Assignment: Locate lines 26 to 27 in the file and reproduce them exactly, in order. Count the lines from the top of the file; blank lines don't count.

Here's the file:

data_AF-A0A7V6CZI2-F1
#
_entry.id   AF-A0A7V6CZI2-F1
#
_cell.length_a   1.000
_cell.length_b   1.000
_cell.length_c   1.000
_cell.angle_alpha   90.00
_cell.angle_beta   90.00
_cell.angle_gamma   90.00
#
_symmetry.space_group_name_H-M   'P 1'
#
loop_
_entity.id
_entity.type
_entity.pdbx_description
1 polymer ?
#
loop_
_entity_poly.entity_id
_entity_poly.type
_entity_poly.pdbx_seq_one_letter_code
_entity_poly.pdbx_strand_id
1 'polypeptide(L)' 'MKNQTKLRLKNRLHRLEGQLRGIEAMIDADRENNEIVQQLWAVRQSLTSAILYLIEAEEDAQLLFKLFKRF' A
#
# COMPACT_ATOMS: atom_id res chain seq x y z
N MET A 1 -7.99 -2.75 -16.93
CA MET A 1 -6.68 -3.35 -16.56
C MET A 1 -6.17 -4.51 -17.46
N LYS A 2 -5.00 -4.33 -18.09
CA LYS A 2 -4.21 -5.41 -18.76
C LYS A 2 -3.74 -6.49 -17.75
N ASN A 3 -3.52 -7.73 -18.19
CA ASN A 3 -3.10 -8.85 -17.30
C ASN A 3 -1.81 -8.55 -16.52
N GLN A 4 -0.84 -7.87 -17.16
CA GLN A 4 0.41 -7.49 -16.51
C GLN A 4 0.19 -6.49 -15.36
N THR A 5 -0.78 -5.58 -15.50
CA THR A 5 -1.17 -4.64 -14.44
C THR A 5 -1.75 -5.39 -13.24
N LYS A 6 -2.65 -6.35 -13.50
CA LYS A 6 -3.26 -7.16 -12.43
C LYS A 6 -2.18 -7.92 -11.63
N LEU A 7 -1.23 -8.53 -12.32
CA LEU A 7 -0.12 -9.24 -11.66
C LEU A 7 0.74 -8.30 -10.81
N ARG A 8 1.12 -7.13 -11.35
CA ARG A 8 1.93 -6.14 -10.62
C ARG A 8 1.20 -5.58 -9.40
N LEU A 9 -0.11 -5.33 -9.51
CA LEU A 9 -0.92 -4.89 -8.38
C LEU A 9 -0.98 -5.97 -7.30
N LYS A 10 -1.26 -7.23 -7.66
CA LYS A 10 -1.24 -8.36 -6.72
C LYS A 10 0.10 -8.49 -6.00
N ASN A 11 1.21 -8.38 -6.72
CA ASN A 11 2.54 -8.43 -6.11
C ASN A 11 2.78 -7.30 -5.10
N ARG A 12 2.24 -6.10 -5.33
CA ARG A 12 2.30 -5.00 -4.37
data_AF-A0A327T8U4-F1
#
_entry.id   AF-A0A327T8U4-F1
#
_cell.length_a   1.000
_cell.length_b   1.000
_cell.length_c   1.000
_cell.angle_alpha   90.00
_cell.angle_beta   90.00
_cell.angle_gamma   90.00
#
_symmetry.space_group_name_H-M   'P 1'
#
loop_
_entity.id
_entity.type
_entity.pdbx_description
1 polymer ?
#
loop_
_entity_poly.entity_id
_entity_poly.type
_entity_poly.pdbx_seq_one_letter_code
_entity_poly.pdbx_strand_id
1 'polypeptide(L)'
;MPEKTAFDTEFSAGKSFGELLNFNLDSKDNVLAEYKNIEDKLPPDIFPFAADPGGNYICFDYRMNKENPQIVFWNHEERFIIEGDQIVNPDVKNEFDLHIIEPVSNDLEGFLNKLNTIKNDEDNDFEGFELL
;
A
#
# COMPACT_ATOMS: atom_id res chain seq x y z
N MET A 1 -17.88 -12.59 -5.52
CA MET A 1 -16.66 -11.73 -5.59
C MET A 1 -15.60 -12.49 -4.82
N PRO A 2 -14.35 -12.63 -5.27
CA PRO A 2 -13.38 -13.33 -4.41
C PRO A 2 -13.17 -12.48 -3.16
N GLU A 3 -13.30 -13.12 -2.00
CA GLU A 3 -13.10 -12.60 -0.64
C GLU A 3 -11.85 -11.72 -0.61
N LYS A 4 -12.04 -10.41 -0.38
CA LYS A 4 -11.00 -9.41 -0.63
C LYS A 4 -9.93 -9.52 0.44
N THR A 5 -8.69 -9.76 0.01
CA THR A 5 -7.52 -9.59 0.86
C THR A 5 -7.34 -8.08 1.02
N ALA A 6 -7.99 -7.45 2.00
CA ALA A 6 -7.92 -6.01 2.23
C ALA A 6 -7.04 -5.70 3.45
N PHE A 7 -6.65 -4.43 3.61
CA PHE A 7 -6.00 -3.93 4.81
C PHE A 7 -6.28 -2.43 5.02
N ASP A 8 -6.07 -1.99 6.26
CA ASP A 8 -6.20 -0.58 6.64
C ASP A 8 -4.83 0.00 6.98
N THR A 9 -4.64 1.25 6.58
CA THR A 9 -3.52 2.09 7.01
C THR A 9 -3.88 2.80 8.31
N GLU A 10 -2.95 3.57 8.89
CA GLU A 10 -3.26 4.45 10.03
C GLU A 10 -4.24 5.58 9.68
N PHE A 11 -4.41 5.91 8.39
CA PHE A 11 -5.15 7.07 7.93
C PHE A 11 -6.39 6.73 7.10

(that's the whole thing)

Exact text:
#
# COMPACT_ATOMS: atom_id res chain seq x y z